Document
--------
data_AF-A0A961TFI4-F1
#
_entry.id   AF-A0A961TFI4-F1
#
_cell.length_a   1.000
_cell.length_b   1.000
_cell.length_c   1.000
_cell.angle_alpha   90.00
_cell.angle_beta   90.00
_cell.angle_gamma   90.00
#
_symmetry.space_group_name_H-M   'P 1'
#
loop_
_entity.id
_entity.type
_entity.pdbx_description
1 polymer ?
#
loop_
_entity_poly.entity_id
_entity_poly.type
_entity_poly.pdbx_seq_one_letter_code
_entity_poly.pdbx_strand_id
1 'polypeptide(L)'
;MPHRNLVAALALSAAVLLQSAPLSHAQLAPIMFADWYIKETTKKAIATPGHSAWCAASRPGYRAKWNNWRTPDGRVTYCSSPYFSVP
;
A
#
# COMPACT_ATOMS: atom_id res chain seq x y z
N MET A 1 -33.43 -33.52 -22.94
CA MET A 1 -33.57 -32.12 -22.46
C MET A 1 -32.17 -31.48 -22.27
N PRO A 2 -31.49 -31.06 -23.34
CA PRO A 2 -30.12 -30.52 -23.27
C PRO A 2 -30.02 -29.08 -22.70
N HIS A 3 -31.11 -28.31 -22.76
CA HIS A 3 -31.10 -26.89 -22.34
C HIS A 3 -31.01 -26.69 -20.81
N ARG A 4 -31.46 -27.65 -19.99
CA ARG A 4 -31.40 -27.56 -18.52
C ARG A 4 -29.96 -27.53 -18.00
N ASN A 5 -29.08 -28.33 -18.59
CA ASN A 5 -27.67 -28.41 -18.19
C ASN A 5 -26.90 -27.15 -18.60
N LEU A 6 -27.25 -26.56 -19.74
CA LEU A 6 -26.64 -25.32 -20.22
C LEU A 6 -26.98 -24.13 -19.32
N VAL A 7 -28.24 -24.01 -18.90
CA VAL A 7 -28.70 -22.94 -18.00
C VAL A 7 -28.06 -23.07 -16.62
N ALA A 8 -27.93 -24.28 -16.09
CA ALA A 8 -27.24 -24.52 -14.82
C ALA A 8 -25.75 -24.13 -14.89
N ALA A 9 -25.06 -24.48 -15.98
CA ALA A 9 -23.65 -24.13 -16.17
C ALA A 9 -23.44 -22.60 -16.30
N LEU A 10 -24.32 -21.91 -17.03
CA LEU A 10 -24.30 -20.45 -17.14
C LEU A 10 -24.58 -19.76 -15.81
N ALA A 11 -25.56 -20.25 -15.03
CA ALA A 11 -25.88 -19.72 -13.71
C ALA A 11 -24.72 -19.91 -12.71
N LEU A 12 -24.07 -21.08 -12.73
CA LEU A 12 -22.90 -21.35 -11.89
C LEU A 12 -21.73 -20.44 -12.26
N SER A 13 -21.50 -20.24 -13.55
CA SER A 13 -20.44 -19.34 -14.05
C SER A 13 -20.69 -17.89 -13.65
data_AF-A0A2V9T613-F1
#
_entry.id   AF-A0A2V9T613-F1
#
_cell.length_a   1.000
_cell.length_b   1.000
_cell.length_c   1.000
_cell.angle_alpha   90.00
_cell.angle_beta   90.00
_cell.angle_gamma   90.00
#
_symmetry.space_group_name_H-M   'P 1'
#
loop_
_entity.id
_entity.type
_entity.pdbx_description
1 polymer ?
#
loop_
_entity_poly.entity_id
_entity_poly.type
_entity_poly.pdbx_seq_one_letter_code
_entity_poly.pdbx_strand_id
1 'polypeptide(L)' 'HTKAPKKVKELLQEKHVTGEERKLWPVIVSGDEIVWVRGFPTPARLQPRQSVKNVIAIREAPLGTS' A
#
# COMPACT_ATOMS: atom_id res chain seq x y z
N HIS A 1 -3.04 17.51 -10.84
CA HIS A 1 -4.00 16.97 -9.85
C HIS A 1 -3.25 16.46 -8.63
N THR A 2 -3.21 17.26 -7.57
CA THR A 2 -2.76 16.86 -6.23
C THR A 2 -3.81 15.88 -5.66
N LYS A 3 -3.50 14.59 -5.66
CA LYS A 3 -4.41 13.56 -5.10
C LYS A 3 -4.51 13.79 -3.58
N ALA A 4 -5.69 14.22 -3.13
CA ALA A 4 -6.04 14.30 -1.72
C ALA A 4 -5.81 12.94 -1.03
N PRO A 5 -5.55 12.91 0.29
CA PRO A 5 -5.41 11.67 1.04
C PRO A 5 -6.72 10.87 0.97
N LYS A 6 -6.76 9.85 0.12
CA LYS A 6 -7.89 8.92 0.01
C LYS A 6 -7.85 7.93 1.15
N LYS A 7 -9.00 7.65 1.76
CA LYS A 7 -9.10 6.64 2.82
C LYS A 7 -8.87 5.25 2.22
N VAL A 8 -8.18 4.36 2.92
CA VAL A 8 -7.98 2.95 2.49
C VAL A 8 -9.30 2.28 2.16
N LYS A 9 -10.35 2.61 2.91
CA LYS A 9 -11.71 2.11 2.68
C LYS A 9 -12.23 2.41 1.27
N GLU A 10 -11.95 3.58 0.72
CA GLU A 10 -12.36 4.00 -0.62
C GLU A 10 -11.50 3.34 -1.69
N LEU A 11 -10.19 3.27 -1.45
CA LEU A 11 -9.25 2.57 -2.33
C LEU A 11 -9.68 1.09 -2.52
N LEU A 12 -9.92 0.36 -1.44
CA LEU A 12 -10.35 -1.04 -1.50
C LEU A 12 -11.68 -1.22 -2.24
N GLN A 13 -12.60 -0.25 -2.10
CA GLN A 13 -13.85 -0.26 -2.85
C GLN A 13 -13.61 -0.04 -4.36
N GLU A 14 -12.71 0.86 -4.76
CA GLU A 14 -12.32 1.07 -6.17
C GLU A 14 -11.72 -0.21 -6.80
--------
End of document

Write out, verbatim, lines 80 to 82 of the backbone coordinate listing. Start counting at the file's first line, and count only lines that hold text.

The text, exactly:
#
_symmetry.space_group_name_H-M   'P 1'
#